It’s 100 million degrees in Chicago, and I’m sweating through my shirt. I’ve not showered, I’m sporting a baseball hat and sunglasses to mask this fact, desperately hoping no one notices me. I scurry from my car into the building like an incognito A-Lister—only I’m dashing across the church parking lot to my office.
It’s my day off, and I’m trying to finish grocery shopping, laundry, errands, and that leadership book I left at work (again). I slide through the least visible door only to crash immediately into a parishioner.
“Oooooh, Tracey! Hellooooooo!” She says in long, drawn out speech. She obviously has no particular place to be, and she’s certainly not sweating through her favorite t-shirt. “Your sermon from last week was fabulous! How do you do it all?” I swallowed hard and forced a pinched smile. “It’s not how it appears,” I responded.
I hate this question. Hate it. Does anyone ever do it all? What is all anyway, and who suggested that doing, having, being, and seeing it all was a good thing? This oft-repeated phrase haunts an entire generation of women. The full version of this question carries so much expectation: “How do you have time to succeed at work, be good at your relationships, dabble in cooking, go to yoga, get a second degree, and send your kids off to school looking put together each day?”
No one does this. No one can do it all—nor should they. I serve in a pastoral role at my church, my husband slugs it out daily as an engineer. We have three active, engaging, exhausting children. We try to make it all work, but the reality is that life is never going to work out the way our culture (or sloppy exegesis of the Proverbs 31 woman) has advertised it.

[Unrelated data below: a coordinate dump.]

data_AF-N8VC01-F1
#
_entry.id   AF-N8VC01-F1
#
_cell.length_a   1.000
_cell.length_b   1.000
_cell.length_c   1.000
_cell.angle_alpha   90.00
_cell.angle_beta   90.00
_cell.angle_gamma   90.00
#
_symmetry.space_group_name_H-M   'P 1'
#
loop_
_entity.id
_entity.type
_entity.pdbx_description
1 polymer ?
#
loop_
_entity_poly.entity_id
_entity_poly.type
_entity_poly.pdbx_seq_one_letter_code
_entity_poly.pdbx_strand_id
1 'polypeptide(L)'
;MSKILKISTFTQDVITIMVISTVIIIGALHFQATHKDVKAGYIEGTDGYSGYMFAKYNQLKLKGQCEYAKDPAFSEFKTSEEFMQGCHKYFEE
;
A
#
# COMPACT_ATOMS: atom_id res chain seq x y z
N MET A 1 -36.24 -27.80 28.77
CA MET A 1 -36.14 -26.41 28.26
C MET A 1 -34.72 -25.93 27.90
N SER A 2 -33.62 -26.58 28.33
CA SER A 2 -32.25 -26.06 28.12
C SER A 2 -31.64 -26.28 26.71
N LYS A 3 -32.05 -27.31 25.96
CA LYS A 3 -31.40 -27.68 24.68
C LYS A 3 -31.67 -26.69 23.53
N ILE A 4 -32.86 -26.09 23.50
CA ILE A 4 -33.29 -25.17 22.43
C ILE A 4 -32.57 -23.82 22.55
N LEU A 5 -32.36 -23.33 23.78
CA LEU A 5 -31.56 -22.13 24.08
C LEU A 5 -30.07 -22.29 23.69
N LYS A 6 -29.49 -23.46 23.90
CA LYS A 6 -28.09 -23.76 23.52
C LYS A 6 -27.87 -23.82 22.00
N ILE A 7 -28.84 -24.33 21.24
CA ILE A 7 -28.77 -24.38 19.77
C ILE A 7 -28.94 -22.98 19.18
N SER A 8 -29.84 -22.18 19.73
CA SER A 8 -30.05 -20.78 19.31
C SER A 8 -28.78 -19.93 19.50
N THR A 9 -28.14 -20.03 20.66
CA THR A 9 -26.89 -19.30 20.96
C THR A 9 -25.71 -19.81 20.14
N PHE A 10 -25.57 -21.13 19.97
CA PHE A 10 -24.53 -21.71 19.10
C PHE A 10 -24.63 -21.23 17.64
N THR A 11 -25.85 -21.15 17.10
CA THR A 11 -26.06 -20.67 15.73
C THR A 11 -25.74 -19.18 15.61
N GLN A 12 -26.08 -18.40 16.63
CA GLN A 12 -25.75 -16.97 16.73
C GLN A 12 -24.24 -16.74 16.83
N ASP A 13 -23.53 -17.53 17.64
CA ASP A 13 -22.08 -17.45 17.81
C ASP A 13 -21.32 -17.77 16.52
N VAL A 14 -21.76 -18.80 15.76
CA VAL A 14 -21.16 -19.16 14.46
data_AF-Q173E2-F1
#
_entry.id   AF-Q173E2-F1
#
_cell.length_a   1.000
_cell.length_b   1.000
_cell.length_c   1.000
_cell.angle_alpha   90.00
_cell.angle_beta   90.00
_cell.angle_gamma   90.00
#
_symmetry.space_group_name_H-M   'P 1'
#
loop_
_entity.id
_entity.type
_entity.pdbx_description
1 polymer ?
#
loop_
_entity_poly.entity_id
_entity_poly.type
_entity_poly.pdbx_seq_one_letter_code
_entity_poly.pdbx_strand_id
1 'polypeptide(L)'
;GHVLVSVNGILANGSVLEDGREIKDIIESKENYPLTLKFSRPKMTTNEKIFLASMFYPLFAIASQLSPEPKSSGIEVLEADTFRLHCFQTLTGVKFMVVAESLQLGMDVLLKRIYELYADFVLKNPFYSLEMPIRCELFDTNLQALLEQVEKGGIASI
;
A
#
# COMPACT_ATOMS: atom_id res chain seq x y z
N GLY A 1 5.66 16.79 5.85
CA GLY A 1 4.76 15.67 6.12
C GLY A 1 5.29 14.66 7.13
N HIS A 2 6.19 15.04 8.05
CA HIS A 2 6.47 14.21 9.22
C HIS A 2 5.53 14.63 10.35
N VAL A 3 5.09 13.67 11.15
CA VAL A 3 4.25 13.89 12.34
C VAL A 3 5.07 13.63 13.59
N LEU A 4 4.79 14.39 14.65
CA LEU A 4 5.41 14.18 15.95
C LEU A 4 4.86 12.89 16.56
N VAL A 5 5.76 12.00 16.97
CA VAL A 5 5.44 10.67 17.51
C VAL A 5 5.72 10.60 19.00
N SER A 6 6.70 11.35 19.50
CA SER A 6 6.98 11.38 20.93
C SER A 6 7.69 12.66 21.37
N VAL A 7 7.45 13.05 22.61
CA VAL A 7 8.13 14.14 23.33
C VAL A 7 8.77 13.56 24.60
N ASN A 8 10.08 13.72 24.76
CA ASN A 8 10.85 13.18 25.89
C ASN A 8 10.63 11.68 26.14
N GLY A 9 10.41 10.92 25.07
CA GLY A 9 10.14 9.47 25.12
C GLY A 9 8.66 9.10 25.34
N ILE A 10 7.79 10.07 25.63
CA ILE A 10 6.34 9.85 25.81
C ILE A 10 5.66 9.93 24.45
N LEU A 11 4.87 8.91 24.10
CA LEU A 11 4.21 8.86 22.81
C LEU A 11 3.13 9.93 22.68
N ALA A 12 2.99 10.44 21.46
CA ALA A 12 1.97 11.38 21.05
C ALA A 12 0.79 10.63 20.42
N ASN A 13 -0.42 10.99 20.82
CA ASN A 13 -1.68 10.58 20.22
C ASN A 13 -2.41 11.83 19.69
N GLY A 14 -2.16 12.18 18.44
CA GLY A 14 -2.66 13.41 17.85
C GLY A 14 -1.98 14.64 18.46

Perception vs. Reality
On the outside I am mostly together. On a good week I semi-succeed at work and during a better-than-average moment with my kids a glimmer of brilliance may shine through. Most days I remember to pray. Every now and then I have time to exercise and remember to drink lots of water.
But most weeks? Most weeks my husband and I double book meetings at work at least once. We find ourselves racing around to find poster board for a school project moments before a store closes. We argue. We go to pour milk in our cereal and the carton is empty. We get speeding tickets and forget the occasional birthday. In other words, we are completely normal.
As ministry leaders, we’re often expected to have it all perfected. We are, after all, leading and trying our best to represent the God of the universe who is our all in all. It’s assumed that our relationships and marriages are examples of unity and balance, our families calm and organized, our spiritual journeys prayer-filled and Spirit-led. People come to us seeking these very elements for their own lives. They instinctually trust that we possess them. Tack on our cultural strivings for perfect bodies, financial success, and an endless string of friends with whom to sip coffee, and it doesn’t take long to have every ounce of energy sapped from us.